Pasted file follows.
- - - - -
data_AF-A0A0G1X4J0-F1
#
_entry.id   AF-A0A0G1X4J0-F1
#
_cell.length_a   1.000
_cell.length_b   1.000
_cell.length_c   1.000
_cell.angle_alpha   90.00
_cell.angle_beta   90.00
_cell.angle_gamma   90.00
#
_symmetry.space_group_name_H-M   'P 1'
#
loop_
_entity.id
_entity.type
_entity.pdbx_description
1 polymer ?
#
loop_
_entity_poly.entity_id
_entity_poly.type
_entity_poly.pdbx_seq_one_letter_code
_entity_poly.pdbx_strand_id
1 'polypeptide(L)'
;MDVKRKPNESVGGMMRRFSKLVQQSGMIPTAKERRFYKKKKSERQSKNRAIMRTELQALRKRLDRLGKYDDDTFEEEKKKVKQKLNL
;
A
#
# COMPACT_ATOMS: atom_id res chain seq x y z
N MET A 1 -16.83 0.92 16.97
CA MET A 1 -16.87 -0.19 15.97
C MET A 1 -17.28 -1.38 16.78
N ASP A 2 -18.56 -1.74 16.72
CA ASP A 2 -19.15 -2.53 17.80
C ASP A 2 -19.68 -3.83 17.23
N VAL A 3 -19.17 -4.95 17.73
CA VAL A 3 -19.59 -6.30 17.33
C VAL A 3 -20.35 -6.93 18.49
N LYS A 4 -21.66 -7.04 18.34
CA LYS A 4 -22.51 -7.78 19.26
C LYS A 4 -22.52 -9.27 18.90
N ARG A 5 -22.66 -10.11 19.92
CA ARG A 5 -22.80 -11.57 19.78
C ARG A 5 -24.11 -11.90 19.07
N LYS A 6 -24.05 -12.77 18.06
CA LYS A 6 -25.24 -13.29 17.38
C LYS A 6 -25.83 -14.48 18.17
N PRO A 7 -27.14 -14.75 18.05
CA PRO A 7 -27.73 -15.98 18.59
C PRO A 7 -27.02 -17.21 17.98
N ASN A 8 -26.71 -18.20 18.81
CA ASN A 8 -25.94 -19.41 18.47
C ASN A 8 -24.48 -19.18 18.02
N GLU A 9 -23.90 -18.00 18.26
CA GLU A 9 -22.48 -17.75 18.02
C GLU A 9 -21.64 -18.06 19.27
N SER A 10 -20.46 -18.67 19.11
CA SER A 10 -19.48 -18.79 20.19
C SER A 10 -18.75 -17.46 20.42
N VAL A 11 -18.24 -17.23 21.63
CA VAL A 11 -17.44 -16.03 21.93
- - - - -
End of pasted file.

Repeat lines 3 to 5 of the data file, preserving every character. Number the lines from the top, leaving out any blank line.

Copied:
_entry.id   AF-A0A0G1X4J0-F1
#
_cell.length_a   1.000